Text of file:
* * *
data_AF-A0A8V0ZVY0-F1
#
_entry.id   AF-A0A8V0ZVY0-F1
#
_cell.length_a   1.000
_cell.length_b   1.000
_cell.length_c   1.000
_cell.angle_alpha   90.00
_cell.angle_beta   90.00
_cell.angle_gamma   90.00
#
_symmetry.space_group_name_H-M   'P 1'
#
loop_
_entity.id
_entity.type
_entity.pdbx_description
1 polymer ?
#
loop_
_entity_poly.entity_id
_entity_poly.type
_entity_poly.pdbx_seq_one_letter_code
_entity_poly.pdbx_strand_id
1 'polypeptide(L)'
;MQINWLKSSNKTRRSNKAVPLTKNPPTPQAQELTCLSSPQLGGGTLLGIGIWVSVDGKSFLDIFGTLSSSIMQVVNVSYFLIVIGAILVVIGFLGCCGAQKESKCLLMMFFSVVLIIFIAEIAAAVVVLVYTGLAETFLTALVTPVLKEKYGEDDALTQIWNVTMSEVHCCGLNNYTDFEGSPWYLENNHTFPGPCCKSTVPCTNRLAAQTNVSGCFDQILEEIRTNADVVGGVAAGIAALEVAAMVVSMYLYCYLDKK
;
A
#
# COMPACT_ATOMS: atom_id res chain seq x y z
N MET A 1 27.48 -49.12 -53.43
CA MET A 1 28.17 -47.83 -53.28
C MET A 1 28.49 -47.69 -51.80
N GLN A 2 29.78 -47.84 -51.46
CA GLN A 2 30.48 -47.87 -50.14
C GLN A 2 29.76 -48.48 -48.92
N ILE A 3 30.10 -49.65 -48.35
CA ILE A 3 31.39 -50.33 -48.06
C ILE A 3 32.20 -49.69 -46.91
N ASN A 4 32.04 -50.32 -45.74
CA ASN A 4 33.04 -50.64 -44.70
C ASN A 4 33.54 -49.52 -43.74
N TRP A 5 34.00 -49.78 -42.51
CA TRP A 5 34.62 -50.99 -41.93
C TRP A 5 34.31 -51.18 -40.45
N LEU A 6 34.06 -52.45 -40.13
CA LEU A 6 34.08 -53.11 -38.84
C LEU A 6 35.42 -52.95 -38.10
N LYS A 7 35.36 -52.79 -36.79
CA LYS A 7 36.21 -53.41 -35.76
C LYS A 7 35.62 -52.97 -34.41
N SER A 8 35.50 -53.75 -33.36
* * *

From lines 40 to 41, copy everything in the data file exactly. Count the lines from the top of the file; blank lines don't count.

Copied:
N ASN A 4 32.04 -50.32 -45.74
CA ASN A 4 33.04 -50.64 -44.70